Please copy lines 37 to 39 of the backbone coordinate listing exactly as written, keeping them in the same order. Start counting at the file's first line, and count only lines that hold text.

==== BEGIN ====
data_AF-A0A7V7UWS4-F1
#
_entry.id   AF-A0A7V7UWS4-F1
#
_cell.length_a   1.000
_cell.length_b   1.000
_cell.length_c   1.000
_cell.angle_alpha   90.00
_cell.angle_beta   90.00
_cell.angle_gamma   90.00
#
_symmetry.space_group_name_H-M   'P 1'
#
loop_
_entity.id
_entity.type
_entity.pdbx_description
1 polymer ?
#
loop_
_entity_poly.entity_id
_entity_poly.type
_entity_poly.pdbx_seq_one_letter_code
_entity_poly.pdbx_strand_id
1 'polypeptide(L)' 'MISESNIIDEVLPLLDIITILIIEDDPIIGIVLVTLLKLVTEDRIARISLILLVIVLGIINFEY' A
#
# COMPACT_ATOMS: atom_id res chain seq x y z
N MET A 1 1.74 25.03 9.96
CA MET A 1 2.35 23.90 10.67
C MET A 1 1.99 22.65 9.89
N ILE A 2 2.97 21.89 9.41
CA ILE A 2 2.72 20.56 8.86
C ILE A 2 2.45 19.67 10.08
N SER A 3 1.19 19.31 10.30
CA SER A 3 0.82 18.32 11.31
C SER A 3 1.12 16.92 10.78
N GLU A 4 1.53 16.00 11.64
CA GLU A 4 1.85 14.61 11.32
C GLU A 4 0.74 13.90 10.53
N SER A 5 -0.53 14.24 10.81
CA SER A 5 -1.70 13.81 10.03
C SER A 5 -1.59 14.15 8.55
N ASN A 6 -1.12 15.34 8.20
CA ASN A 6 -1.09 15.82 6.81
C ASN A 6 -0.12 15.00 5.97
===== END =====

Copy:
N GLU A 4 1.53 16.00 11.64
CA GLU A 4 1.85 14.61 11.32
C GLU A 4 0.74 13.90 10.53